Try to imagine language in prehistoric times. It is easy to visualize a gestural sign language that members of a tribe might have used among themselves on a hunt. For instance, these hunters might have gestured to one another to maintain silence while hunting their wild game. Now move forward in time and imagine how languages crossed and mixed as the human population spread across the continents. As one language met a new, strange tongue, it is very probable that natural, gestural signing would have occurred while people figured out how to bridge their language gaps.
A Native System of Sign Language
People from the earliest times to the present have always communicated to some degree using their hands. Therefore, long before the documented events of the nineteenth century, it can be surmised that a native system of sign language existed among deaf people. In all probability, this deaf population would have used regional, geographical, or indigenous sign systems. They also would have created their own signs, such as the home signs discussed in Chapter 1. There is an interesting American historical record describing such an example between the seventeenth and nineteenth centuries on Martha's Vineyard in Massachusetts.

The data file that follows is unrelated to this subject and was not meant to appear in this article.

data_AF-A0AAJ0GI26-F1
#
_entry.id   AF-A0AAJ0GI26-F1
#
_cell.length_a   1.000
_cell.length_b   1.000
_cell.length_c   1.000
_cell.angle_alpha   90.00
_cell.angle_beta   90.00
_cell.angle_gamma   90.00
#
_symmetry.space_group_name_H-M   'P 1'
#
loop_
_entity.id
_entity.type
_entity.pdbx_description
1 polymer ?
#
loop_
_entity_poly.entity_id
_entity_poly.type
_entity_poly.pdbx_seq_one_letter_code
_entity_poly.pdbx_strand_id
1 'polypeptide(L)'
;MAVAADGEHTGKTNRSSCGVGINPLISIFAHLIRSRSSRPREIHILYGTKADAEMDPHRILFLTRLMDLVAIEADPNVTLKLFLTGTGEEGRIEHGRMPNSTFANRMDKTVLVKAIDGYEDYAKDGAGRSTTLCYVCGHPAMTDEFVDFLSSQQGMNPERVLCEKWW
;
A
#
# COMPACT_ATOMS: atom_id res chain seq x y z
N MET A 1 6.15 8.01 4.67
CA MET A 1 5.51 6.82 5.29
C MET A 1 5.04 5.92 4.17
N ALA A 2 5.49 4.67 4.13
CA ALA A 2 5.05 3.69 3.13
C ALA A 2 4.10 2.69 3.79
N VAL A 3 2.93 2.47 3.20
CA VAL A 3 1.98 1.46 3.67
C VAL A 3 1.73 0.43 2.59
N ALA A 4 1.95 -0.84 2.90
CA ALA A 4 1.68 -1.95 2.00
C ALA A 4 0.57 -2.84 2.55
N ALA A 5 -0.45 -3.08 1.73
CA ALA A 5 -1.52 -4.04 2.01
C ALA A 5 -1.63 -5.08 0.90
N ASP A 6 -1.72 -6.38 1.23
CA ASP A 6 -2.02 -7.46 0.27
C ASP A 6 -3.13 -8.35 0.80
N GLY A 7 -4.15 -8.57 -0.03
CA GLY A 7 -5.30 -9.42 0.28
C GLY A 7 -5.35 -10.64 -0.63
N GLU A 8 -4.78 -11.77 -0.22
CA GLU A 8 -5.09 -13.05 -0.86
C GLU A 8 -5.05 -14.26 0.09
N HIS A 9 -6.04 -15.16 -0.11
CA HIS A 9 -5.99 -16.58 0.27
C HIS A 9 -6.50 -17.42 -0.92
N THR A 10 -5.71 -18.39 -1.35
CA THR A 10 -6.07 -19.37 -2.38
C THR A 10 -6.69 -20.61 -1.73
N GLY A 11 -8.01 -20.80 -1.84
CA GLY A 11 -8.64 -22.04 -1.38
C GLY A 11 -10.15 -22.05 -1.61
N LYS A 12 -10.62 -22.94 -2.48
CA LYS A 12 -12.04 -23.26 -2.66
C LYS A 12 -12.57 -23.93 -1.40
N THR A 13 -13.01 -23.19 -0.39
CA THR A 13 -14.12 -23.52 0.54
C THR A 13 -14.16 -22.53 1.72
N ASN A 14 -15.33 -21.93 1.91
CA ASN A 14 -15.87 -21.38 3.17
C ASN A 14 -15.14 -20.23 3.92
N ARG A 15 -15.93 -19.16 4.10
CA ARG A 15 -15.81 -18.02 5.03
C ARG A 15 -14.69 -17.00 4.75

Vineyard Sign Language
An example of an indigenous sign language community existed on Martha's Vineyard, an island off the coast of Cape Cod, Massachusetts. It was here, from the late 1600s through the early 1900s, that the hearing population and the Deaf community developed and used its own sign language system. An extraordinarily high rate of genetic deafness on the island perpetuated the use of the Vineyard Sign Language, as it is called. Due to intermarriage among the islanders, this high rate of genetic deafness continued for 200 years.
Nonetheless, this community flourished, with hearing and Deaf islanders working and signing side by side. Vineyard Sign Language was handed down from generation to generation through the native signers. With the arrival of deaf education on the mainland, the lives of the population began to change. Deaf children attended new residential schools on the mainland, bringing with them their native sign language.
According to census reports, deafness in the American population during the nineteenth century occurred in 1 person out of every 6,000. The rate for deafness on Martha's Vineyard, however, was 1 in 155.
On the mainland, these children eventually found spouses, married, and settled down to live. Thus began the gradual decline in the numbers of the Deaf islanders on Martha's Vineyard. But, at the same time, Vineyard signs added to and merged with ASL signs on the mainland.